If you are looking for a useful tool to facilitate the creation of a quick and dirty security camera system for your office, Eyeline might be the ticket.
Most of us have personal offices that we would like to keep tabs on while we are away. You could use a simple video capture app running in the background using a single webcam that can be placed thereabouts, but to ensure quality security and peace of mind, it might be best to consider a more robust solution that can go above and beyond a small hack job. When it comes to protecting your office equipment from theft, you really want the best product to satisfy the task.
NCH Software has their premier video surveillance software package called Eyeline. With one program, you can control and manage up to 100 individual camera feeds coming from both network and local (USB and Firewire) resources (enterprise edition only) as well as providing additional extras such as motion-activated recording, scheduling, and network access. This product does tout a rather impressive feature-set, but does it actually do a good job?
The main interface for Eyeline is quite intuitive and informative.
For my tests, I used my Windows 7 Professional machine along with my built in webcam and a secondary USB camera. As long as the cameras were properly installed and detected on Windows, Eyeline was able to scoop them up into the feed viewer just fine. In fact, when I went to select my cameras, I was able to configure input resolution and bitrate so that I could choose to either retain higher-quality capture files or save disk space.
Getting into the more detailed aspects of how recordings are handled, Eyeline isn't exactly using a cut-and-dry approach here. With the ability to record video based on detected motion, some new and interesting possibilities open up beyond potential disk space savings. Eyeline can send emails to an address you choose, effectively warning you of any suspicious activity as it happens. Of course, you can adjust the tolerances in Eyeline so that super short and abrupt motions don't cause the software to raise the alarm, saving actual recording for persistent, ongoing activity.
Saved recordings can be stored locally as WMV format files, with the additional option of sending recordings off to a network share or a remote FTP server for additional security, should the files be discovered on the host PC and be deliberately wiped clean away. If you are using FTP, just be sure you aren't using any fancy SFTP connection as only a basic password authentication scheme is supported at this time.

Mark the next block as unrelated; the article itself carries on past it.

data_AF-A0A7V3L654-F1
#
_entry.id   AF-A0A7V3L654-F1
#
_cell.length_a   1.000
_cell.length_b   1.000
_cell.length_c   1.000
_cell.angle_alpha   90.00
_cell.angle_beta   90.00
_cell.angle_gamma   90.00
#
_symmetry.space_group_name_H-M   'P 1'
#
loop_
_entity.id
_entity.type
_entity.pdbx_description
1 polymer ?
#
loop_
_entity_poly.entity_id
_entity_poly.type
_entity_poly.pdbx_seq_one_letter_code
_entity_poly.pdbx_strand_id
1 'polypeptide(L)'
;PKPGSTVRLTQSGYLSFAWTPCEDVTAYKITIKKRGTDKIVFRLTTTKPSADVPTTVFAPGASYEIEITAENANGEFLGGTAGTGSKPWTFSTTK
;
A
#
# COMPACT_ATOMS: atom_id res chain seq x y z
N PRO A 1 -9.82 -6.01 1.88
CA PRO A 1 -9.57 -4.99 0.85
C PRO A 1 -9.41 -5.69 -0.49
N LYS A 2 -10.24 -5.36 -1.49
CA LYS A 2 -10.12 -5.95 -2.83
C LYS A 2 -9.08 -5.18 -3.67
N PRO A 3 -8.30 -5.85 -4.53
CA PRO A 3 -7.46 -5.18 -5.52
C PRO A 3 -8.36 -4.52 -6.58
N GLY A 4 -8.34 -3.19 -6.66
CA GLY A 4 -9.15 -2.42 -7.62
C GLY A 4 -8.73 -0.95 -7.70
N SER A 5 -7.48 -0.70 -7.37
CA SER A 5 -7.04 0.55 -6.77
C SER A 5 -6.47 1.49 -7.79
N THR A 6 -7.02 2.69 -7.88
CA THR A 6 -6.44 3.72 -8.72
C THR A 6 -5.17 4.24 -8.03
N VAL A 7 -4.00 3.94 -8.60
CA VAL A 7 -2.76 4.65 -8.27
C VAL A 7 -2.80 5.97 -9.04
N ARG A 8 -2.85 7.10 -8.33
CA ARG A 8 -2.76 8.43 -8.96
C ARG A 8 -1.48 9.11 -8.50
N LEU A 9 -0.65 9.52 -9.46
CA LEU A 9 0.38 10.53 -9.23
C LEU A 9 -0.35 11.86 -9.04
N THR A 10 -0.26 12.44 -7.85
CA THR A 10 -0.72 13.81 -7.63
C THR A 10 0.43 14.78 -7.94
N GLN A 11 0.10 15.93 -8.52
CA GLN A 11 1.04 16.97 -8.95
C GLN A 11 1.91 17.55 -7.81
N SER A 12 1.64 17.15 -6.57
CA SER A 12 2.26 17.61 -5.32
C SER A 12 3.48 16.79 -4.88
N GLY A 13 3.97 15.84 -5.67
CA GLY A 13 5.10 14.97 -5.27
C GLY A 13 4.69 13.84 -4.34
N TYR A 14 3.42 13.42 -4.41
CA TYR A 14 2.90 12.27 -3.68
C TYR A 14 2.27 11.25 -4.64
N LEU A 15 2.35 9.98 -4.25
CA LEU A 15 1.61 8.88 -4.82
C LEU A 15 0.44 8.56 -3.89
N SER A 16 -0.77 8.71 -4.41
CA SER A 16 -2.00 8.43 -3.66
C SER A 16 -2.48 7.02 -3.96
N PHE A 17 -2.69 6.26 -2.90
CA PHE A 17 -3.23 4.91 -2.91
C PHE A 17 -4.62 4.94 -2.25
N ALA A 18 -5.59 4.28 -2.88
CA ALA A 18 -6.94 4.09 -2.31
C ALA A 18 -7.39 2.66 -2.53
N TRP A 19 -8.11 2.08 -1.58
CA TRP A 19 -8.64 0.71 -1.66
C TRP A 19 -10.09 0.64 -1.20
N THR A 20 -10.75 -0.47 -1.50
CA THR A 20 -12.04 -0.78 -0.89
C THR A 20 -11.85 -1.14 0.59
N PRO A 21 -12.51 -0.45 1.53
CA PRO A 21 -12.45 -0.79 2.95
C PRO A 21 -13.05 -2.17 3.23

Now probably what has to be the coolest feature for Eyeline is the ability to access live feeds remotely via your web browser. This can be accomplished through the provided local IP address for internal use only, or optionally an external IP can be assigned so that you can view your cameras outside a corporate intranet. Just be warned that you will likely need to configure your router to set proper port forwarding in order to access your security system from the outside in.
Although the software is quite feature rich and offers great potential as a sizable asset to office security, I did have some concerns as well. If you aren't careful and save videos to a FAT32 formatted volume, Eyeline doesn't have a feature to automatically break video files into 2GB maximum chunks (should they ever reach that size in the first place). Therefore, recording could abruptly end, due to file system storage limitations. Just be sure your recording disks are formatted as NTFS or exFAT so that you don't run into this problem.
- Title: Eyeline Video Survelliance
- Author: NCH Software
- Supported operating systems: Windows XP, Vista, 7 and 8
- Price: Between $49.99 and $295.99, depending on how many active cameras are desired
One other issue I noticed was that, at least with Windows 8, Eyeline would crash within a few seconds of starting a new security recording session, thus I was forced to force quit the app to close out entirely. It is possible that not all webcam, operating system, and other system hardware combinations can cause issues for some, which is why I ended up using my other Windows 7 machine. It is also reported online that Firewire cameras can be decidedly hit or miss, with some not detecting at all. Your best bet in this instance is to simply stick with USB connected webcams and you should have no problems.
Aside from these issues, NCH Software's security offering is definitely worth giving a try at least. As with their other products, they offer a free no-risk trial download so that you can give Eyeline a try and ensure that your hardware / software combination is fully supported. Because if it is, Eyeline has excellent features which can rival big name commercial video surveillance hardware kits which can cost much more.
When it comes down to what edition of the software you want to pick up, it ultimately depends on how many active cameras you want at once. I mentioned earlier that you can record up to 100 feeds at once, however, that capability is reserved for the most expensive enterprise edition. Thankfully, most small offices don't need an obscene amount of coverage and can make do with the lower priced versions that are available as well. All other features aside from active camera count are the exact same with each version of the product, so you don't have to worry about having to sacrifice further functionality.